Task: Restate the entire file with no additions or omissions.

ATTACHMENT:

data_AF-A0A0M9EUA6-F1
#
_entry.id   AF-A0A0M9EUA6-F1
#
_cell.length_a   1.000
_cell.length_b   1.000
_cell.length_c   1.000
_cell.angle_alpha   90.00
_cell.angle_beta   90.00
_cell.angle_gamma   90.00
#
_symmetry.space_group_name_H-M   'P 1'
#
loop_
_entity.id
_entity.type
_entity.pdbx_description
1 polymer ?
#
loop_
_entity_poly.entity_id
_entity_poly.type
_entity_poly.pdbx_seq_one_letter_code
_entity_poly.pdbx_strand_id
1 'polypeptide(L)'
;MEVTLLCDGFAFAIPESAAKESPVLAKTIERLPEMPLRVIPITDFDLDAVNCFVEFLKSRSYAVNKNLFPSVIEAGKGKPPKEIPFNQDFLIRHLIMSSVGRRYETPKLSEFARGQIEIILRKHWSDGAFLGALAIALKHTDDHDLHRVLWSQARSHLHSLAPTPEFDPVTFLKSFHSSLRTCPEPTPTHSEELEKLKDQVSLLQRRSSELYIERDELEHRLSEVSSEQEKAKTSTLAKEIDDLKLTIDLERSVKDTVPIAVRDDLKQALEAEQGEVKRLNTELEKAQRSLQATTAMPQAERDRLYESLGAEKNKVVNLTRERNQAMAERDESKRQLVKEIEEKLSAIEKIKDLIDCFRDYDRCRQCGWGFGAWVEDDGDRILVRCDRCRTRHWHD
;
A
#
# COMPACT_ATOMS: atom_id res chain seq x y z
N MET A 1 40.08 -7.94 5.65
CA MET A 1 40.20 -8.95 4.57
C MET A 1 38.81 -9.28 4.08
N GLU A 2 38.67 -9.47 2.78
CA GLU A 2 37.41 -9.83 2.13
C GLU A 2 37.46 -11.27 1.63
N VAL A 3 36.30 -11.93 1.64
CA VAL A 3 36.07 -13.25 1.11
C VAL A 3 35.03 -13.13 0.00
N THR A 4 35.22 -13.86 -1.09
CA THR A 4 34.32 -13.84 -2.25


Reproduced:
data_AF-A0A0M9EUA6-F1
#
_entry.id   AF-A0A0M9EUA6-F1
#
_cell.length_a   1.000
_cell.length_b   1.000
_cell.length_c   1.000
_cell.angle_alpha   90.00
_cell.angle_beta   90.00
_cell.angle_gamma   90.00
#
_symmetry.space_group_name_H-M   'P 1'
#
loop_
_entity.id
_entity.type
_entity.pdbx_description
1 polymer ?
#
loop_
_entity_poly.entity_id
_entity_poly.type
_entity_poly.pdbx_seq_one_letter_code
_entity_poly.pdbx_strand_id
1 'polypeptide(L)'
;MEVTLLCDGFAFAIPESAAKESPVLAKTIERLPEMPLRVIPITDFDLDAVNCFVEFLKSRSYAVNKNLFPSVIEAGKGKPPKEIPFNQDFLIRHLIMSSVGRRYETPKLSEFARGQIEIILRKHWSDGAFLGALAIALKHTDDHDLHRVLWSQARSHLHSLAPTPEFDPVTFLKSFHSSLRTCPEPTPTHSEELEKLKDQVSLLQRRSSELYIERDELEHRLSEVSSEQEKAKTSTLAKEIDDLKLTIDLERSVKDTVPIAVRDDLKQALEAEQGEVKRLNTELEKAQRSLQATTAMPQAERDRLYESLGAEKNKVVNLTRERNQAMAERDESKRQLVKEIEEKLSAIEKIKDLIDCFRDYDRCRQCGWGFGAWVEDDGDRILVRCDRCRTRHWHD
;
A
#
# COMPACT_ATOMS: atom_id res chain seq x y z
N MET A 1 40.08 -7.94 5.65
CA MET A 1 40.20 -8.95 4.57
C MET A 1 38.81 -9.28 4.08
N GLU A 2 38.67 -9.47 2.78
CA GLU A 2 37.41 -9.83 2.13
C GLU A 2 37.46 -11.27 1.63
N VAL A 3 36.30 -11.93 1.64
CA VAL A 3 36.07 -13.25 1.11
C VAL A 3 35.03 -13.13 0.00
N THR A 4 35.22 -13.86 -1.09
CA THR A 4 34.32 -13.84 -2.25